A large study that looked at how autism runs in families says that Environmental factors are more important than previously thought in understanding the causes of autism.
The study also shows that children with a brother or sister with autism are 10 times more likely to develop autism; 3 times if they have a half-brother or sister; and 2 if they have a cousin with autism, providing much needed information for parents and clinicians for assessing individual risk.
The study, which looked at over 2 million people, was led by researchers at King's College London, Karolinska Institutet in Sweden and Mount Sinai in the US, and is published in JAMA
Autism Spectrum Disorder (ASD) is a neurodevelopmental disorder defined by impairments in social interaction and communication and the presence of restrictive and repetitive behaviours. The exact causes are unknown but evidence has shown it is likely to include a range of genetic and environmental risk factors.
Using Swedish national health registers, the researchers analysed anonymous data from all 2 million children born in Sweden in between 1982 and 2006, 14,516 of which had a diagnosis of ASD. The researchers analysed pairs of family members: identical and non-identical twins, siblings, maternal and paternal half-siblings and cousins.
The study involved two separate measures of autism risk - heritability, which is the proportion of risk in the population that can be attributed to genetic factors; and Relative Recurrent Risk which measures individual risk for people who have a relative with autism.
Most previous studies have suggested that heritability of autism may be as high as 80-90%, but one study has hinted at a lower estimate. The new study is the largest and most comprehensive to date and estimates heritability of autism to be 50%, with the other 50% explained by non-heritable or environmental factors.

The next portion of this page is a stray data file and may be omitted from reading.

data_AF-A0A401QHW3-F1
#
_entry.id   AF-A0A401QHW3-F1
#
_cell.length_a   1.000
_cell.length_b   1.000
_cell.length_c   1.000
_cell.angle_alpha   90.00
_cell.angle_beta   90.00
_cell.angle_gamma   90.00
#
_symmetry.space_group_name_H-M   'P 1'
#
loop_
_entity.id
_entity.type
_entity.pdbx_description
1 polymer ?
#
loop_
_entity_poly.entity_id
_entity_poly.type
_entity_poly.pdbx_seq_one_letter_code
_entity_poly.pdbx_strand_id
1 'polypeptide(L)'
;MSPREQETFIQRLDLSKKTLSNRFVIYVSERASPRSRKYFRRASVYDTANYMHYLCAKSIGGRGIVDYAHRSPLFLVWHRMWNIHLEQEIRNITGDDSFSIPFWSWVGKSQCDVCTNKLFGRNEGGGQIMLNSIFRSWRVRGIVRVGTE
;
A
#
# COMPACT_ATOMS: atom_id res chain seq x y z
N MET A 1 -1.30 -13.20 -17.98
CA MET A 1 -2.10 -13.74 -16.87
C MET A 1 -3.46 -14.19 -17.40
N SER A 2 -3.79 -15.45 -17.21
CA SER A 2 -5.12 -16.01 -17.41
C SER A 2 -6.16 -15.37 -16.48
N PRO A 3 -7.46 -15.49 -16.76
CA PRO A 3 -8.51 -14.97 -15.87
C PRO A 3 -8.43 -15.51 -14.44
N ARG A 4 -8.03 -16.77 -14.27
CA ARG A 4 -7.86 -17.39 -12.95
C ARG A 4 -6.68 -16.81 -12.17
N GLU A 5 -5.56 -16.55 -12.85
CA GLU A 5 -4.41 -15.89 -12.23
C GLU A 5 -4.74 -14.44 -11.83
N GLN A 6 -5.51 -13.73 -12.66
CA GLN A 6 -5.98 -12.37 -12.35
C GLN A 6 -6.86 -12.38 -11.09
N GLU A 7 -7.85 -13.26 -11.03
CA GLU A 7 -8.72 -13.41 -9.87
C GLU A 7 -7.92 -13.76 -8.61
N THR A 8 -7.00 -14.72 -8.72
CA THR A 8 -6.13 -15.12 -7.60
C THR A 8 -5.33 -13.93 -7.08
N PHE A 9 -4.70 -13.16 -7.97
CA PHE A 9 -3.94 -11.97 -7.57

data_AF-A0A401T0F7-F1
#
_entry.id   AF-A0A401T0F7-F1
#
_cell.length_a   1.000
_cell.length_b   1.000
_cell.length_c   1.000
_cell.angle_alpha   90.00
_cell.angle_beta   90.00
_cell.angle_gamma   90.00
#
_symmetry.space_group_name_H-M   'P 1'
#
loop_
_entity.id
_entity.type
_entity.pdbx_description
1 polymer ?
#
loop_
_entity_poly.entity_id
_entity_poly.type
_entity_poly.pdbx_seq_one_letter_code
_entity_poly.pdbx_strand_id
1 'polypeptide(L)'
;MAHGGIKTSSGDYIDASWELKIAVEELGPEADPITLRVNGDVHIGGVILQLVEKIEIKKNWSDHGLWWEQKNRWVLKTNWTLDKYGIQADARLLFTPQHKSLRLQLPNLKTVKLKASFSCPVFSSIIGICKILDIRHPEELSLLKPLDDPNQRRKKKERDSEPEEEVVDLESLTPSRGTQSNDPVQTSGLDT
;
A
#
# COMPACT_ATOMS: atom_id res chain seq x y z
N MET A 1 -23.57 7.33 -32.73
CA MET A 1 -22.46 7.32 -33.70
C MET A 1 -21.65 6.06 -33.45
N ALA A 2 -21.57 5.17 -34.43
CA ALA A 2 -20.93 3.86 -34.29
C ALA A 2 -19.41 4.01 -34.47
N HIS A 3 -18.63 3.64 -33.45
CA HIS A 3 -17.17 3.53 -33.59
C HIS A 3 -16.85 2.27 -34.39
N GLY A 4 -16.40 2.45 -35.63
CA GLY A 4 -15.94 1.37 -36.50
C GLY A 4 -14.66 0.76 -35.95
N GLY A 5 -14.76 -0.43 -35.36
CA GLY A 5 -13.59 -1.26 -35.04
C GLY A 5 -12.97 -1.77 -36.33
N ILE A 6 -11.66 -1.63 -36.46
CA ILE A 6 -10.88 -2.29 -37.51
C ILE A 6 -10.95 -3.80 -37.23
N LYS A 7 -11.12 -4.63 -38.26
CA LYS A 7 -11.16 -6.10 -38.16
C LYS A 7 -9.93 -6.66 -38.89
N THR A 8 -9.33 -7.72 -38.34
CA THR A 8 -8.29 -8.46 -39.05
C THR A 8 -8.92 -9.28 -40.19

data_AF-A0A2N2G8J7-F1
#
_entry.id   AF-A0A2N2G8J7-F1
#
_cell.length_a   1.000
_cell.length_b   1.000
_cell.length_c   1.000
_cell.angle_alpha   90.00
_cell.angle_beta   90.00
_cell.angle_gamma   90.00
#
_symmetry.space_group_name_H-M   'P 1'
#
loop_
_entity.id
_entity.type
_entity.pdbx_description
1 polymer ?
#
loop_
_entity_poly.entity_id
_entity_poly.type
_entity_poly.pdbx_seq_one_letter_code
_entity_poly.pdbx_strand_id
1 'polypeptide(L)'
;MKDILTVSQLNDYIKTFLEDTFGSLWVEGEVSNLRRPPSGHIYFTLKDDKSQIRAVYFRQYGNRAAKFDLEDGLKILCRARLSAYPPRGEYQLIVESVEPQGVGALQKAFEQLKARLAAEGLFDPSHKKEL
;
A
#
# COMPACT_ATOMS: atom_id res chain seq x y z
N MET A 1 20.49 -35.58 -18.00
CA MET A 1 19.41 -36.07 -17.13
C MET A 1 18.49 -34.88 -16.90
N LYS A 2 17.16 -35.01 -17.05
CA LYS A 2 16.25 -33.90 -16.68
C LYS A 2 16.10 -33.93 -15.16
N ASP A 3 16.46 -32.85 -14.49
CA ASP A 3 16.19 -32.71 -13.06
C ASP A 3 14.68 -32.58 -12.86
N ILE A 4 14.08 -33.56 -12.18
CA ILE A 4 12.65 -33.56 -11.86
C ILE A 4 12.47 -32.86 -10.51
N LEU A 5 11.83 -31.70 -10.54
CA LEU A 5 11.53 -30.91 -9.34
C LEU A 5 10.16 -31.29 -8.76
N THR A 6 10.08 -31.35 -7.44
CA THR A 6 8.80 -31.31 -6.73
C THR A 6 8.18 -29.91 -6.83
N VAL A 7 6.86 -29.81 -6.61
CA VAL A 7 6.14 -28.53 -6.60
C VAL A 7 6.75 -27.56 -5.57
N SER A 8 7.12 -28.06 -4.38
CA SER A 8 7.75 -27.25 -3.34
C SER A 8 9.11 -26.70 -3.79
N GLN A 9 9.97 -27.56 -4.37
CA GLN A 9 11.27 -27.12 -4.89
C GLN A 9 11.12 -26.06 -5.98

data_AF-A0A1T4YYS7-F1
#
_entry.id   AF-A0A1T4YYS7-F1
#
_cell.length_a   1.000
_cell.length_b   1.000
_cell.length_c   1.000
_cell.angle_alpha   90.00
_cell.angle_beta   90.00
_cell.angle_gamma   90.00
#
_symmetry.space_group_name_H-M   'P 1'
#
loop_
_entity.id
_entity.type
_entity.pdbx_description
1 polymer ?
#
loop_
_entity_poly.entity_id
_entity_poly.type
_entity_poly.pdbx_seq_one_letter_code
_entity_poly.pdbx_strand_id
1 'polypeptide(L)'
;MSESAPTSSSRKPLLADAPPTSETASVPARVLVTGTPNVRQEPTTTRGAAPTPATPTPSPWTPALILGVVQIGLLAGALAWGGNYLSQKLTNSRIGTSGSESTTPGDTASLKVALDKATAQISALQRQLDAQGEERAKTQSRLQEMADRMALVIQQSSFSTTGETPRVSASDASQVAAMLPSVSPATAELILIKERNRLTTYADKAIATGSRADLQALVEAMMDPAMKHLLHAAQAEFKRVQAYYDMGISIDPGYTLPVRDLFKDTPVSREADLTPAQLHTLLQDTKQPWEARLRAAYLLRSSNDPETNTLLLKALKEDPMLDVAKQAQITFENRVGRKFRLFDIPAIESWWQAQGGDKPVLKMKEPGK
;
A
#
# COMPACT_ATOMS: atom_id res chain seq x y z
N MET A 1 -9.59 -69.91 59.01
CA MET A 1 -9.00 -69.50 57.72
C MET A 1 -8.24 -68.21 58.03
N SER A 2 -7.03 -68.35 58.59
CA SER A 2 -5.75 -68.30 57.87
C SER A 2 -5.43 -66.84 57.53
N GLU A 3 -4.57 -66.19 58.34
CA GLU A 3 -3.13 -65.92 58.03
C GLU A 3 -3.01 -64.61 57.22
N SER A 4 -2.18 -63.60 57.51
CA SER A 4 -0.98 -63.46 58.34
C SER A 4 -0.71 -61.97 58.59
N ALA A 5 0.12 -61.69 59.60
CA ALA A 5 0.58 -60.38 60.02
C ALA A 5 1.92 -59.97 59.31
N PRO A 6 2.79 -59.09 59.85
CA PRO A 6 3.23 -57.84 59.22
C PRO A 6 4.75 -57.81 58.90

Environmental factors are split into 'shared environments' which are shared between family members (such as family socio-economic status), and 'non-shared environments' which are unique to the individual (such as birth complications or maternal infections or medication during the pre and perinatal period). In this study, factors which are unique to the individual, or 'non-shared environments' were the major source of environmental risk.
Professor Avi Reichenberg, author of the study from Mount Sinai Seaver Center for Autism Research, who led the study whilst at King's College London, says: "Heritability is a population measure, so whilst it does not tell us much about risk at an individual level, it does tell us where to look for causes. We were surprised by our findings as we did not expect the importance of environmental factors in autism to be so strong. Recent research efforts have tended to focus on genes, but it's now clear that we need much more research to focus on identifying what these environmental factors are. In the same way that there are multiple genetic factors to consider, there will likely be many different environmental factors contributing to the development of autism."
In the other part of the study, the researchers looked at individual risk. In the general population, autism affects approximately 1 in 100 children. The researchers found that children with a brother or sister with autism were 10.3 times more likely to develop autism; 3.3-2.9 times if they had a half-brother or sister with autism; and 2.0 times if they had a cousin with autism. There were no differences in relative risk between genders. This is the first study to provide such a comprehensive and far reaching analysis of individual risk extended as far as cousins.
Dr Sven Sandin, author of the study from King's College London and Karolinska, says: "Our study was prompted by a very basic question which parents often ask: 'if I have a child with autism, what is the risk my next child will too?' Our study shows that at an individual level, the risk of autism increases according to how close you are genetically to other relatives with autism. We can now provide accurate information about autism risk which can comfort and guide parents and clinicians in their decisions."